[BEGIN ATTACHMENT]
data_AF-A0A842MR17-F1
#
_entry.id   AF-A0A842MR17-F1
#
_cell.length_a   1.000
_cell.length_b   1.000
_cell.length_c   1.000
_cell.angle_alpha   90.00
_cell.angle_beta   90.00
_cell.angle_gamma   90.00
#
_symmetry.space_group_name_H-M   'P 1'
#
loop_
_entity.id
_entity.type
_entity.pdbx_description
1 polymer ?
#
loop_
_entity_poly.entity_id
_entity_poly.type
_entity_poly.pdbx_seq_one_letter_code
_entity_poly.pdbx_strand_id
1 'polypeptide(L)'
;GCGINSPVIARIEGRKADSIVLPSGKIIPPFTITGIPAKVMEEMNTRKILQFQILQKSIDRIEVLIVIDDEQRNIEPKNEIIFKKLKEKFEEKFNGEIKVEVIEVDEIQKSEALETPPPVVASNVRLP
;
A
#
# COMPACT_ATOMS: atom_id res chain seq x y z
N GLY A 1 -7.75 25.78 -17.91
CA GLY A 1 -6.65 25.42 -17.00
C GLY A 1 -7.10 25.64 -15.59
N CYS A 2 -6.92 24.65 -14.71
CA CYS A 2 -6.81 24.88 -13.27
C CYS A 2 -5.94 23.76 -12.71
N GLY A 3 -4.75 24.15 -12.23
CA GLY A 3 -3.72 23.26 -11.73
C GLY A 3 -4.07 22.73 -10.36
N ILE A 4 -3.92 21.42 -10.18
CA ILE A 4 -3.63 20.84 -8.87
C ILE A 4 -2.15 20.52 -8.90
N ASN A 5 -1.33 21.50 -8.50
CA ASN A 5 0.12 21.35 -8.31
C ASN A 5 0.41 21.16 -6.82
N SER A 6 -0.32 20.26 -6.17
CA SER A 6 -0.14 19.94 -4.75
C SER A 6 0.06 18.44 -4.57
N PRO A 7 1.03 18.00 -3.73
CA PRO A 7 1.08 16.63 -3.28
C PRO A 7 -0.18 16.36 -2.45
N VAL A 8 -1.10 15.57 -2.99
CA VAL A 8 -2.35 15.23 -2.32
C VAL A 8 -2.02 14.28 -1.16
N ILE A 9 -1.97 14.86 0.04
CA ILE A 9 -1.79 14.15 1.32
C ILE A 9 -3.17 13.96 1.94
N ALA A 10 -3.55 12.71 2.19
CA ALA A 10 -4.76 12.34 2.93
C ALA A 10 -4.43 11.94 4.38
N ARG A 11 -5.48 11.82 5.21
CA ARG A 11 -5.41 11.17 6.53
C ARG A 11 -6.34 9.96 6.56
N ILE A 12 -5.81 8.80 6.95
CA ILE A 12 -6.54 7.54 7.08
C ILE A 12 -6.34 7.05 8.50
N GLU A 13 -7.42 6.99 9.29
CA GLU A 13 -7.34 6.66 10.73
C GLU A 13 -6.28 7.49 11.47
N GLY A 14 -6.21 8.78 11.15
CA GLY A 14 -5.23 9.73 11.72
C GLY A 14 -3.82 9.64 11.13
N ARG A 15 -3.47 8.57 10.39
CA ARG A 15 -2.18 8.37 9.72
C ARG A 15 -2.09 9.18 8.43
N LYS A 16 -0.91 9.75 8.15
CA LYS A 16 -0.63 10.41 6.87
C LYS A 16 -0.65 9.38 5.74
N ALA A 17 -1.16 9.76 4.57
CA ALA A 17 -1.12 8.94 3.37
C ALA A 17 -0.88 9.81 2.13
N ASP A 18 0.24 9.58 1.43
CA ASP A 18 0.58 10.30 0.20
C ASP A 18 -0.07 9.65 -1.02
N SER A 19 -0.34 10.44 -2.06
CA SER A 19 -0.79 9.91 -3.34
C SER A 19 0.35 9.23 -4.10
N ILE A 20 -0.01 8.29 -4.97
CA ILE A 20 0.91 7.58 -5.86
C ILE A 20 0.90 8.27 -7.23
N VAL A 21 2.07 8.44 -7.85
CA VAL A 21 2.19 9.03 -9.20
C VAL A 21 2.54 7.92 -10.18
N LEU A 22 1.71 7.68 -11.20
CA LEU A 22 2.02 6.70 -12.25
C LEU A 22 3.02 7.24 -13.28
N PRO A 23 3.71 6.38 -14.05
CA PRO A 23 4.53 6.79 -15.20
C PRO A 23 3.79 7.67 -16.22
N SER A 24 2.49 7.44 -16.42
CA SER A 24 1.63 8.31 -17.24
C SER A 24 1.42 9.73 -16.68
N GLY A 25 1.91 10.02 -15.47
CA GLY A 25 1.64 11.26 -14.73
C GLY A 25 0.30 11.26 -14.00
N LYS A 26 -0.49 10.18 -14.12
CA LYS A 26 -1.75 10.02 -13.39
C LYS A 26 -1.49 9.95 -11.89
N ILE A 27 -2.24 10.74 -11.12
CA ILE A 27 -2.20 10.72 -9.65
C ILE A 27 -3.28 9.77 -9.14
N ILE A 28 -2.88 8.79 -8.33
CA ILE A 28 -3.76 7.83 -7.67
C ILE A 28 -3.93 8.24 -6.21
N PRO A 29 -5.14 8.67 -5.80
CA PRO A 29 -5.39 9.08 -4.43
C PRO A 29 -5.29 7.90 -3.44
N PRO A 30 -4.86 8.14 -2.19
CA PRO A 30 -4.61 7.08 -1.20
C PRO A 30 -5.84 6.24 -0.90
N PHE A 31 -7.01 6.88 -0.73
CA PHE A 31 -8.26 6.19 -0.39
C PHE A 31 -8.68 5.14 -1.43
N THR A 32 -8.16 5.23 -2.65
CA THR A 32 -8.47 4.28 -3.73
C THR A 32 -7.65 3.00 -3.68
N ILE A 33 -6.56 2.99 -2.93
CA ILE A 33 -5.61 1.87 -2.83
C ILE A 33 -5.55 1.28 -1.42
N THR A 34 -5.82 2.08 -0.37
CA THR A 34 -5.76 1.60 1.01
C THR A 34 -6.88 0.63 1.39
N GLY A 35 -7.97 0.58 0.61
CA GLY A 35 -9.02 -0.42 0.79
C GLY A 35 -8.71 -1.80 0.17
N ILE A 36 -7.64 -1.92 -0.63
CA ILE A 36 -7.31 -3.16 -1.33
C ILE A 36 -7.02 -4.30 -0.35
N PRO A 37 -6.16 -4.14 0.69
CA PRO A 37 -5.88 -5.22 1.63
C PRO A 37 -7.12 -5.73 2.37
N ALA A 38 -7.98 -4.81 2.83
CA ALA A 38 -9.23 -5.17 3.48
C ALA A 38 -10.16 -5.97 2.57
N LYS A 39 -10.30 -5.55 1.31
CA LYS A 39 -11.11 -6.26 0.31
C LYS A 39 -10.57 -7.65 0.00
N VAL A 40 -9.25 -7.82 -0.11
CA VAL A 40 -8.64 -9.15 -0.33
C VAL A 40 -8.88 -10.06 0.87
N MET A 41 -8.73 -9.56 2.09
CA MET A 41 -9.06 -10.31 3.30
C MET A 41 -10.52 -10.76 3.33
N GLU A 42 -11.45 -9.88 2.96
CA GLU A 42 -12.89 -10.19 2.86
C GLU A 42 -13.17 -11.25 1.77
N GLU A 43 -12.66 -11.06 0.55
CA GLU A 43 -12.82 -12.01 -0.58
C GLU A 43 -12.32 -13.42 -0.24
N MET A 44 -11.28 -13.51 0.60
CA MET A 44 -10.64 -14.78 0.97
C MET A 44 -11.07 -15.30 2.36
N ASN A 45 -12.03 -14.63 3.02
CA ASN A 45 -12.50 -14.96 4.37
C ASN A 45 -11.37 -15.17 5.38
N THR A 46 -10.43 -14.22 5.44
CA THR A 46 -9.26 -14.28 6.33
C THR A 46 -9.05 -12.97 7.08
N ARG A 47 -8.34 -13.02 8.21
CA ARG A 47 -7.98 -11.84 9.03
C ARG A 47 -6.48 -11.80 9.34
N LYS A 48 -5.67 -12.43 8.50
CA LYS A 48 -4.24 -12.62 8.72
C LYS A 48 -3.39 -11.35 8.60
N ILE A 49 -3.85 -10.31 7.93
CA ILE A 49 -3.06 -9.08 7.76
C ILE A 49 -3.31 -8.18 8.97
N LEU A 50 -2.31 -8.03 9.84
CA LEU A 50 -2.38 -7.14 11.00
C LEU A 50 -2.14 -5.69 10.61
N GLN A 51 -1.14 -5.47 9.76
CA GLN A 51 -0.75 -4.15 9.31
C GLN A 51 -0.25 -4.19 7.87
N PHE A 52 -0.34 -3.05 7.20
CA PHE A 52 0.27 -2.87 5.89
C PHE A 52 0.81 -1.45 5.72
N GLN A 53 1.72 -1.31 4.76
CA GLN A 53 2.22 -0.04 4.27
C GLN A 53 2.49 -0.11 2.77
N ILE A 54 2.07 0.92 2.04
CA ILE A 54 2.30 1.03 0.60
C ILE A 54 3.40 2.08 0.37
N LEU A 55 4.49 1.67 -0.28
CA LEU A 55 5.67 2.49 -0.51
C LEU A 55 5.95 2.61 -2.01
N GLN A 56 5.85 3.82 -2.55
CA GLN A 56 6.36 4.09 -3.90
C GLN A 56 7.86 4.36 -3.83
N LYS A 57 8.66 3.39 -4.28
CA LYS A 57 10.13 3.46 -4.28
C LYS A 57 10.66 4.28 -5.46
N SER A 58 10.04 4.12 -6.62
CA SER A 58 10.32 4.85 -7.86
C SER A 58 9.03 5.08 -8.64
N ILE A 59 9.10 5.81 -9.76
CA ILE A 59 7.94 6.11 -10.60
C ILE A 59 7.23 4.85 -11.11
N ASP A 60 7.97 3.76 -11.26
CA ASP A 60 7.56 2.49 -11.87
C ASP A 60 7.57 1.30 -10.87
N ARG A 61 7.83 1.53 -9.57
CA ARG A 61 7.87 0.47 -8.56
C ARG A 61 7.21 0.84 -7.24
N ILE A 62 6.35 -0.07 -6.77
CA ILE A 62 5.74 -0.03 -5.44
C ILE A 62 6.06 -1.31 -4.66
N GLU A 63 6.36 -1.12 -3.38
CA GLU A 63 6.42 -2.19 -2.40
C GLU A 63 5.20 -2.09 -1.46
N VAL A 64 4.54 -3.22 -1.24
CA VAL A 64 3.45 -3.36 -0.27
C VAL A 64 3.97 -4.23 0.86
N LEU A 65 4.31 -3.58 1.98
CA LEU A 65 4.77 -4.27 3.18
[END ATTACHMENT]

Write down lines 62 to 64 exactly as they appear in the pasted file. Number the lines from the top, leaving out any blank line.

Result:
CA ARG A 11 -5.41 11.17 6.53
C ARG A 11 -6.34 9.96 6.56
N ILE A 12 -5.81 8.80 6.95